Calgary and Alberta see gains in jobs in September

The Calgary census metropolitan area saw job gains of 10,400 in September as the unemployment rate dropped to 8.9 per cent from 9.6 per cent in August, according to Statistics Canada.

Employment was up 22,400 from a year ago.

Alberta gained 19,600 jobs in September as the unemployment rate rose to 8.1 per cent from 7.9 per cent in August. Employment was up 110,200 from a year ago.

The federal agency said it was the second consecutive notable increase in jobs for Alberta since March 2021. Gains were mostly in wholesale and retail trade. The unemployment rate was still above the pre-pandemic rate of 7.5 per cent in February 2020.

A commentary by ATB Economics said that after 19 months, the employment level in the province finally rose above the pre-pandemic level set in February 2020.

“This is positive news, but it’s tempered by the fact that employment is only 0.2 per cent (3,700) higher than it was before the pandemic. Full-time employment is yet to catch-up at 0.2 per cent (3,500) below its pre-pandemic level while the number of part-time jobs is 1.7 per cent (7,200) higher,” said ATB’s daily economic update The Owl.

Alberta Minister of Jobs, Economy and Innovation Doug Schweitzer said there is still work to be done, but Statistics Canada had good news for Alberta today, with a third straight month of job growth.

“Alberta added 19,600 new jobs in September, continuing our economic rebound. We’ve now recovered all of the jobs lost since the beginning of the pandemic,” he said.

“In addition, this week we saw one of the largest proposed investments in our province’s history from Dow Chemical. Their announcement of the world’s first net-zero petrochemical plant shows that Alberta is diversifying our economy and is a global leader in emissions reduction.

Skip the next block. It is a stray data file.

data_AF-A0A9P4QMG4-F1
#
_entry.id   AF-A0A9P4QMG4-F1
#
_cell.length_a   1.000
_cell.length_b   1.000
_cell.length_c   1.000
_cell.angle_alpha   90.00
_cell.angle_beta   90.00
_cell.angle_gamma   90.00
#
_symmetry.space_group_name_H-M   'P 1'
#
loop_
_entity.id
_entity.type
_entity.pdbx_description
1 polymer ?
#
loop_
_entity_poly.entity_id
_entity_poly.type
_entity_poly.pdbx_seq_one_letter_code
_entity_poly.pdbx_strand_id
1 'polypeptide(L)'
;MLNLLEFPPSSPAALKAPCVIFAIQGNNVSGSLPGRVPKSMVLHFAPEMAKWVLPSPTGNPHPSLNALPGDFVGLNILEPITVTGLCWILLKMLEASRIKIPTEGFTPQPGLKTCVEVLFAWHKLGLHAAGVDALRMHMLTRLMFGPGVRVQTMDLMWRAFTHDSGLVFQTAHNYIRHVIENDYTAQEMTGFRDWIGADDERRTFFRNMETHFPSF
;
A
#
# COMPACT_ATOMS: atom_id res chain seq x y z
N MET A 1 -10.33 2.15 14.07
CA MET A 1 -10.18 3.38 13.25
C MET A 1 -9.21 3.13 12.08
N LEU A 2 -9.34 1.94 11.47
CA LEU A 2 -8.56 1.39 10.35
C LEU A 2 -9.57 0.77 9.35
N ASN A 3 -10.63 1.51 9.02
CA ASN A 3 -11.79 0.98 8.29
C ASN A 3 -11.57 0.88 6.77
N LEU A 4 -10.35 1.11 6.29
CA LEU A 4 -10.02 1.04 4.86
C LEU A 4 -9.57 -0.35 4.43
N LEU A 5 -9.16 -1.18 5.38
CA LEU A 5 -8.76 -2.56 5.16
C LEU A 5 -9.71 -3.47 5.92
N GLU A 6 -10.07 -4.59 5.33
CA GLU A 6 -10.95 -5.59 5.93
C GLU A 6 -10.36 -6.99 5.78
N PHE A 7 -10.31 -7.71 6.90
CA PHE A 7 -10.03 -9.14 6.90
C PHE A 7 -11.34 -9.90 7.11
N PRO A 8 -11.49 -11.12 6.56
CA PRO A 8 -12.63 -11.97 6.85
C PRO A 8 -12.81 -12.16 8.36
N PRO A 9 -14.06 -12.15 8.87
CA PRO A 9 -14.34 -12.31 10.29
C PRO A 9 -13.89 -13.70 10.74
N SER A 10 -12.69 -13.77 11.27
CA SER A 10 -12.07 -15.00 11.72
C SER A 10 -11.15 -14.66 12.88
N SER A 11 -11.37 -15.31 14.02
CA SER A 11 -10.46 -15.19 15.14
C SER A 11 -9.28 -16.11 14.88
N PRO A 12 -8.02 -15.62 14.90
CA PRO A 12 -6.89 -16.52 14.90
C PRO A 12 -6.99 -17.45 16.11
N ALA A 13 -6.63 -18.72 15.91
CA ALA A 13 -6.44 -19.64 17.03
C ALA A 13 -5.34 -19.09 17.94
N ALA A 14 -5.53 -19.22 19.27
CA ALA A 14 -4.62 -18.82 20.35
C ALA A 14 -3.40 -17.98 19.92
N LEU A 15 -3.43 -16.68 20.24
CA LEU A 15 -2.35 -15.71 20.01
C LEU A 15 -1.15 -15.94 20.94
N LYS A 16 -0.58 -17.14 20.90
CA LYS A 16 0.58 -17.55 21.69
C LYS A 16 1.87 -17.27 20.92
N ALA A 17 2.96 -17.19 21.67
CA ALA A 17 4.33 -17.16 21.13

“We also saw Enbridge’s Line 3 come online, which has led to higher levels of energy exports. Last week was only the third time in recorded history that Alberta exported four million barrels of oil a day to the United States. Alberta’s Recovery Plan will continue to diversify today for jobs tomorrow. This year we have seen our film sector double in investment, our tech sector continues to grow rapidly and new momentum in our oil and gas industry. Alberta has a bright economic future.”

And in Canada there were 157,100 jobs added in September. The unemployment rate fell to 6.9 per cent from 7.1 per cent in August and employment was up 742,700 from a year ago.

In Canada, it was the fourth consecutive monthly increase for employment.

“Employment gains in September were concentrated in full-time work, and among people in the core working age group of 25 to 54. Increases were spread across multiple industries and provinces,” said StatsCan.

“The gains in September brought employment back to the same level as in February 2020, just before the onset of the pandemic. However, the employment rate—that is, the proportion of the population aged 15 and older that was employed—was 60.9 per cent in September, 0.9 percentage points lower than in February 2020, due to population growth of 1.4 per cent over the past 19 months.